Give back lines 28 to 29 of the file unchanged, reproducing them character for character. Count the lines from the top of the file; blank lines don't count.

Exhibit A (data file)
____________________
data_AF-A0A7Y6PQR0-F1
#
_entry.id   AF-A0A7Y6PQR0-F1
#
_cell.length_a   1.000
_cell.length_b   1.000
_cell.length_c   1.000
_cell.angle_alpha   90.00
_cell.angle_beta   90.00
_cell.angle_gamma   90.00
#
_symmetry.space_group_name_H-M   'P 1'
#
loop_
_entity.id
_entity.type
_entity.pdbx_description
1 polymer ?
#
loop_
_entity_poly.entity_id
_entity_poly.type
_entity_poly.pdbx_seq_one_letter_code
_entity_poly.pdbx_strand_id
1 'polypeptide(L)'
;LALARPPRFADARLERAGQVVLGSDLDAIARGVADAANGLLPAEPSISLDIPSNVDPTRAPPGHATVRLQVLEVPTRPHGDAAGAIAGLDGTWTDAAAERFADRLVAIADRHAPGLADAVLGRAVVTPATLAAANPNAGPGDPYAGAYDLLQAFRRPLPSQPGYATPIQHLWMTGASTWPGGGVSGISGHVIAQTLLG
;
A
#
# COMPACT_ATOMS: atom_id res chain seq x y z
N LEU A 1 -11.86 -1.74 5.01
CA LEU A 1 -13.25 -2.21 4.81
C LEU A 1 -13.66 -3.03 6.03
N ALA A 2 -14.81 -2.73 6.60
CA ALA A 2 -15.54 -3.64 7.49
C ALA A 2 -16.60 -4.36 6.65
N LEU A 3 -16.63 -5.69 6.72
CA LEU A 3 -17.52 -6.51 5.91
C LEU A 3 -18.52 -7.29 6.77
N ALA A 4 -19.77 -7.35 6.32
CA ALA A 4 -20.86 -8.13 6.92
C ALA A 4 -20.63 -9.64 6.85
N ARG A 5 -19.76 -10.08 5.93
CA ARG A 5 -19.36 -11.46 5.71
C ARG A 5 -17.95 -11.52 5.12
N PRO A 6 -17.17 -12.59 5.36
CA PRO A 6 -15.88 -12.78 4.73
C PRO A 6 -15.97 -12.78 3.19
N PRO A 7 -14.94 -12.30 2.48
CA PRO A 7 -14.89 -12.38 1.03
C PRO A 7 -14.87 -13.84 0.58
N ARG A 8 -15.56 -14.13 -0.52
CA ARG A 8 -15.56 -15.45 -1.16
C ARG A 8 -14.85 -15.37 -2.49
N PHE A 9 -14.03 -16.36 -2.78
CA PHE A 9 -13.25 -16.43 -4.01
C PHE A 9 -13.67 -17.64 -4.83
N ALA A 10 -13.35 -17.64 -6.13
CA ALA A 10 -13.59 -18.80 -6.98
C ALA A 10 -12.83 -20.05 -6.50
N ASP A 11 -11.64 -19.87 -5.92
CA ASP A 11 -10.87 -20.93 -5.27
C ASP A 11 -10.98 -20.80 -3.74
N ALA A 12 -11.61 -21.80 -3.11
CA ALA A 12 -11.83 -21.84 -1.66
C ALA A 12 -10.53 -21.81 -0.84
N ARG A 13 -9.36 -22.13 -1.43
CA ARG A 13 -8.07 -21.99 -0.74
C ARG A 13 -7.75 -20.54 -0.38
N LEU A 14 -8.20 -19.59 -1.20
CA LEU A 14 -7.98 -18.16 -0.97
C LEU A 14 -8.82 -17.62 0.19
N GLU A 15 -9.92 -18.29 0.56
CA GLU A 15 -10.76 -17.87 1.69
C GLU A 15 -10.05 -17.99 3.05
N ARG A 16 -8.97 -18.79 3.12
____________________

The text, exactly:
A
#